The concept of equivalent inhomogeneity has been introduced to analyze the effective properties of composites with interphases using techniques devised for problems without interphases. The basic idea is to replace the inhomogeneity and the surrounding it interphase by a single equivalent inhomogeneity with constant stiffness tensor, combining properties of both, which is then perfectly boned to the matrix. In this presentation a new definition of equivalent inhomogeneity is discussed. It is based on Hill's energy equivalence principle, applied to the problem consisting only of the original inhomogeneity and its interphase. It is more general than the definitions proposed in the past in that, conceptually and practically, it allows to consider inhomogeneities of various shapes and various models of interphases. This is illustrated considering spherical and cylindrical particles with two models of interphases, Gurtin-Murdoch material surface model and spring layer model. The resulting equivalent inhomogeneities are subsequently used to determine effective properties of randomly distributed unidirectional particulate composites. Properties of the equivalent cylindrical inhomogeneities are transversely isotropic, thus the method of conditional moments, which is a statistical method capable of handling anisotropy and randomness, has been employed for that purpose. Closed-form formulas for the effective stiffness tensor have been developed in all cases considered here. Comparisons with solutions available in the literature are made and other possible applications are discussed.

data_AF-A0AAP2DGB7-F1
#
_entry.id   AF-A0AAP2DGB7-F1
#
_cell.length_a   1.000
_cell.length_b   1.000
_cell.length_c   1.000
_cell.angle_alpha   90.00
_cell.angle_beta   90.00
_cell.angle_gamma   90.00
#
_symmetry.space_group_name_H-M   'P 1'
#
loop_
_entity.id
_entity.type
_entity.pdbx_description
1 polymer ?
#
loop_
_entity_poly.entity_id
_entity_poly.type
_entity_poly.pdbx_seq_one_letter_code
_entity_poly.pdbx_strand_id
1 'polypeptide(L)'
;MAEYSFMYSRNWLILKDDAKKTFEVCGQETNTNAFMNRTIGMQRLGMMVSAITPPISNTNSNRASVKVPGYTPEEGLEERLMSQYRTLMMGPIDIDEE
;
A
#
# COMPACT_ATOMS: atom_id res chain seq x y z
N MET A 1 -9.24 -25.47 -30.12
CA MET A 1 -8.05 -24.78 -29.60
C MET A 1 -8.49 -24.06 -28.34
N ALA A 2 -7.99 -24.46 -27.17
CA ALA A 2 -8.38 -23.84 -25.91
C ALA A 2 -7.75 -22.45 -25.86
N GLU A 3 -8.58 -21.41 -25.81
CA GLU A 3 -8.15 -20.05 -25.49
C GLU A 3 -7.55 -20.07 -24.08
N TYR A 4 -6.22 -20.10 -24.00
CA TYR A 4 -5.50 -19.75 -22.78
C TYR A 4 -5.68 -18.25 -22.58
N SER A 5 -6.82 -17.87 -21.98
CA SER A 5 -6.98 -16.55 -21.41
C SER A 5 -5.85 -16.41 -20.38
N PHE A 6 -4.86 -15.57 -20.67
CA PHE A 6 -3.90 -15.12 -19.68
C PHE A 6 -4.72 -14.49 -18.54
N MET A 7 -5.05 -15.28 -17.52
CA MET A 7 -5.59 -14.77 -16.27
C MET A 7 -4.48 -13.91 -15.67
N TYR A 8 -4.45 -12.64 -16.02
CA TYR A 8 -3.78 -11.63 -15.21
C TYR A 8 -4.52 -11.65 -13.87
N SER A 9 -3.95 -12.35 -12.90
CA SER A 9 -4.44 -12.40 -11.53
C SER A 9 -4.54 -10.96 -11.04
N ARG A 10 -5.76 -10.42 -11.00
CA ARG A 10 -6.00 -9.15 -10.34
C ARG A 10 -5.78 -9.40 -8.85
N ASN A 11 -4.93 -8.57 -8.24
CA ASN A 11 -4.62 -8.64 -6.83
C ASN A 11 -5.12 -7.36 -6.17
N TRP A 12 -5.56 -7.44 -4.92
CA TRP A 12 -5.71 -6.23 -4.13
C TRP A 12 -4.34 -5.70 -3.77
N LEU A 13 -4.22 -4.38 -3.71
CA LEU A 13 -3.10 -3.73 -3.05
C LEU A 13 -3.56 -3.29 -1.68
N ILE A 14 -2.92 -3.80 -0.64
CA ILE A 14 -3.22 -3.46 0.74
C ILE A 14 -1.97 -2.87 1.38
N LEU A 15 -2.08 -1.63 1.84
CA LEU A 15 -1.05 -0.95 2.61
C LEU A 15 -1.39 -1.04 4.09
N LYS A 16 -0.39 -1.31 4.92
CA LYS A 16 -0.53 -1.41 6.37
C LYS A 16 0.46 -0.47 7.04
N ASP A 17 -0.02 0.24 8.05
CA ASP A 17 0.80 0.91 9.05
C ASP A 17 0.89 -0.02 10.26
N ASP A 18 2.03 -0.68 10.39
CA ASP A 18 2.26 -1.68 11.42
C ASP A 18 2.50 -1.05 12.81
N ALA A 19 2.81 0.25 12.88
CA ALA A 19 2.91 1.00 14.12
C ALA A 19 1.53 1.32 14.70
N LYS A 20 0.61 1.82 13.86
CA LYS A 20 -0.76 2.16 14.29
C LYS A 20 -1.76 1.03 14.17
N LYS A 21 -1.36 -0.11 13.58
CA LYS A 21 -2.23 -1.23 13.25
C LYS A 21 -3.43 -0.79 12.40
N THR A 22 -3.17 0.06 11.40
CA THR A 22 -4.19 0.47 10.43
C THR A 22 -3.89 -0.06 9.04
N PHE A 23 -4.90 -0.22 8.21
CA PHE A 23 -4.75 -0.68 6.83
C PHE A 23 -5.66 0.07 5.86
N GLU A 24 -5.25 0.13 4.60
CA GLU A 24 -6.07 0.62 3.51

|Original language||English (US)|
|Number of pages||8|
|State||Published - 2017|
|Event||Symposium on Nanoscale Physical Mechanics, IUTAM 2016 - Nanjing, China|
Duration: May 23 2012 → May 27 2012
Bibliographical noteFunding Information:
The authors gratefully acknowledge the financial support by the German Research Foundation (DFG) via Project NA1203/1-1.
- Equivalent inhomogeneity
- Gurtin-Murdoch model
- effective properties
- random composites
- spring layer model